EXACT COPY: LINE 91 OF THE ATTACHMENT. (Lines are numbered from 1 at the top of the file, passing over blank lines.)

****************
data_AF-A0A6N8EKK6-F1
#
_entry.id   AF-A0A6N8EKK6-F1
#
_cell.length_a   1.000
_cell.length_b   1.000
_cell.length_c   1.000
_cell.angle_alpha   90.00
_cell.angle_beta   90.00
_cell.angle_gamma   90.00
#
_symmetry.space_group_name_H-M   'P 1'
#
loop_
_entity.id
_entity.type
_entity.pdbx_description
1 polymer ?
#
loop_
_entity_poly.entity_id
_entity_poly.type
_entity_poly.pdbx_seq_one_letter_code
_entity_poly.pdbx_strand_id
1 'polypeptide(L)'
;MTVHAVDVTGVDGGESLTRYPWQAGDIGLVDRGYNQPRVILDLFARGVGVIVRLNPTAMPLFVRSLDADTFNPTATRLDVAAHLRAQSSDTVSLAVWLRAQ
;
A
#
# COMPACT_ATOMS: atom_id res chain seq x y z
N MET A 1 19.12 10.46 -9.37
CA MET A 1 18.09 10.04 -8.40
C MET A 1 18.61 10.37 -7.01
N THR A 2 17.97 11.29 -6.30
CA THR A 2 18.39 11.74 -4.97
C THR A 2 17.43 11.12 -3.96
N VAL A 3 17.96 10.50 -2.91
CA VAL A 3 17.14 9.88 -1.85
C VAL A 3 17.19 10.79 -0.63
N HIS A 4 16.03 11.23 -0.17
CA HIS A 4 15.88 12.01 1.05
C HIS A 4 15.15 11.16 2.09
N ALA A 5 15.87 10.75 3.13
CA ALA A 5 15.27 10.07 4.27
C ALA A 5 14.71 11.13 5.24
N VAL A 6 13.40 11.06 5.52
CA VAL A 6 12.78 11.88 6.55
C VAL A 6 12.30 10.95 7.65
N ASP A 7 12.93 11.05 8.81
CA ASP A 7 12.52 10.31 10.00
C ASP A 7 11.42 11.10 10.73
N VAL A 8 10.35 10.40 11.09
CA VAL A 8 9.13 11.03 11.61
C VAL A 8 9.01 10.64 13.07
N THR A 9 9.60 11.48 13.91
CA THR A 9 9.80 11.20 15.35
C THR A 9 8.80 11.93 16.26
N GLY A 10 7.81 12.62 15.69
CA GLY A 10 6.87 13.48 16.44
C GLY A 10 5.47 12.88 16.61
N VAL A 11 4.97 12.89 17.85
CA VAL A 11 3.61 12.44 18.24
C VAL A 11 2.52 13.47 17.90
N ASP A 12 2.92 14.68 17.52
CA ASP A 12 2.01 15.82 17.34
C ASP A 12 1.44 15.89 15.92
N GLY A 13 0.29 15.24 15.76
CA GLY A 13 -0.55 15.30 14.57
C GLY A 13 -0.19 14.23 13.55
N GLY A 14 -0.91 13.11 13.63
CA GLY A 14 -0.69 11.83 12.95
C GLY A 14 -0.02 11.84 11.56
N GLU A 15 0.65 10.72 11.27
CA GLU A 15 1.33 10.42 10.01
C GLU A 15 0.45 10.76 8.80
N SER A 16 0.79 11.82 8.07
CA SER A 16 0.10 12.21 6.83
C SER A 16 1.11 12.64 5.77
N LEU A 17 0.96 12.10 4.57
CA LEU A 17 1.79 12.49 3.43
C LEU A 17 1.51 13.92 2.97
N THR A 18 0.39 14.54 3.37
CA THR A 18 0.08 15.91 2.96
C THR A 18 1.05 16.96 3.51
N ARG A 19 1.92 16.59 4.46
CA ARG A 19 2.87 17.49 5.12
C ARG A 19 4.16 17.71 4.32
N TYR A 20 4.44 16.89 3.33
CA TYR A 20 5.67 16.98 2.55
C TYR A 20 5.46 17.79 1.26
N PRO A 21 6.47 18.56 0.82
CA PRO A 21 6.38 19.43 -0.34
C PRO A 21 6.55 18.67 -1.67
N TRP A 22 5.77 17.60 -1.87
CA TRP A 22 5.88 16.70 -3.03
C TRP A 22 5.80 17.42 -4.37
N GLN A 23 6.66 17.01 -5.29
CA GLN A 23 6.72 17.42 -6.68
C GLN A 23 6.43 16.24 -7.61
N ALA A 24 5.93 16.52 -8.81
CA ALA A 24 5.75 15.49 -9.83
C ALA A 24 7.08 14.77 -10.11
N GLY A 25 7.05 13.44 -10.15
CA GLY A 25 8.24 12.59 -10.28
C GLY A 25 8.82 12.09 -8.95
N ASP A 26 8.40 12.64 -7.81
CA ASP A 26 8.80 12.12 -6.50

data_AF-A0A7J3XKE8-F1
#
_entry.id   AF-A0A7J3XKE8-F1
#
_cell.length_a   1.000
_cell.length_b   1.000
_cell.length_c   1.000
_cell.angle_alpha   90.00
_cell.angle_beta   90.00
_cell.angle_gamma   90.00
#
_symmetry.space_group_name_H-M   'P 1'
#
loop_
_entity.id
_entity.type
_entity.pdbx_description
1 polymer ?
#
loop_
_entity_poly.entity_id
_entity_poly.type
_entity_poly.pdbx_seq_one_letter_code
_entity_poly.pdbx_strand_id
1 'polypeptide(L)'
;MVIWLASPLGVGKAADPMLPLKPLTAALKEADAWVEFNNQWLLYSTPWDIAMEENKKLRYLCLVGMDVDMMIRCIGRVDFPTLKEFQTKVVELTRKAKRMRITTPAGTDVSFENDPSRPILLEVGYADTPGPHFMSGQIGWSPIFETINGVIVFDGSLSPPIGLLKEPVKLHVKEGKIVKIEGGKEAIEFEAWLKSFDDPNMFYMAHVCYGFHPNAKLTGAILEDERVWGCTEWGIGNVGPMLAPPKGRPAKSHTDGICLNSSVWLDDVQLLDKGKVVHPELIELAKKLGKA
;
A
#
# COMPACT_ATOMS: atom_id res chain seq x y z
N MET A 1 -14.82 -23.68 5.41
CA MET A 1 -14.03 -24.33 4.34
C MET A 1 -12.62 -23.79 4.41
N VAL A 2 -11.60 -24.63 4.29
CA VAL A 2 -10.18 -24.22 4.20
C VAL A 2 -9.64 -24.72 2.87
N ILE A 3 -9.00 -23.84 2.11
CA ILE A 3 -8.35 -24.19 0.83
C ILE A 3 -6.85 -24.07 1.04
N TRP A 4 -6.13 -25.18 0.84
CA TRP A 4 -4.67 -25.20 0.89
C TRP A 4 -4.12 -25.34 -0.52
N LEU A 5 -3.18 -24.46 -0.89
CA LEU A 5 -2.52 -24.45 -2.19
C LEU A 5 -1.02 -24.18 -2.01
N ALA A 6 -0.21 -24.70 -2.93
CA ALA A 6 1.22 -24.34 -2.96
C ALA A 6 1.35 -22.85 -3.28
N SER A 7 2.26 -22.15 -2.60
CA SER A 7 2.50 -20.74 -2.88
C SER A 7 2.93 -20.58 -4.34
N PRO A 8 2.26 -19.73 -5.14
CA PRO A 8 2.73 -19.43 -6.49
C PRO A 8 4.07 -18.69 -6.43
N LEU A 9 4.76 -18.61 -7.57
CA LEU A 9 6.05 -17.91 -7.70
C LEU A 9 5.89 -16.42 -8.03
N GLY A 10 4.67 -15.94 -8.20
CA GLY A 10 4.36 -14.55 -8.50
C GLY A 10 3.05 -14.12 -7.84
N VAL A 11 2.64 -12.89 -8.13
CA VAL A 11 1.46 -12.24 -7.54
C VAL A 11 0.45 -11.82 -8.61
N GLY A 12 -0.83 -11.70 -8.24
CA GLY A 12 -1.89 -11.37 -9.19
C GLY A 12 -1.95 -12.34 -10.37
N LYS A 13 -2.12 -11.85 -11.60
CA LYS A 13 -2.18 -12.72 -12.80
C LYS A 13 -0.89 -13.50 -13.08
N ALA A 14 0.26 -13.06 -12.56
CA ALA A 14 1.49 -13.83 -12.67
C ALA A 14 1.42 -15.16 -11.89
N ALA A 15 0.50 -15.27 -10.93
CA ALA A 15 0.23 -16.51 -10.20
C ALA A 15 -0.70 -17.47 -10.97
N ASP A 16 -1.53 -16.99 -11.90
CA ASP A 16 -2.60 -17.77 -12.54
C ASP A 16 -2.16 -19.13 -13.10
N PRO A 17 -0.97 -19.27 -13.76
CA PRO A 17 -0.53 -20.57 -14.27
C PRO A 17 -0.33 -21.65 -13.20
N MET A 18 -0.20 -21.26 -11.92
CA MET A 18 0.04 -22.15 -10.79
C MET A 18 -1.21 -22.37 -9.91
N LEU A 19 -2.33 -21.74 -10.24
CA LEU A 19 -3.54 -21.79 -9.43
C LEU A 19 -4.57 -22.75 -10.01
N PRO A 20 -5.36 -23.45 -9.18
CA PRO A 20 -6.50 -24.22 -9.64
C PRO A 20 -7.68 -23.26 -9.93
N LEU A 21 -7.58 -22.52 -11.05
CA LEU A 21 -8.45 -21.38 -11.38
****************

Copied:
N PRO A 21 6.47 18.56 0.82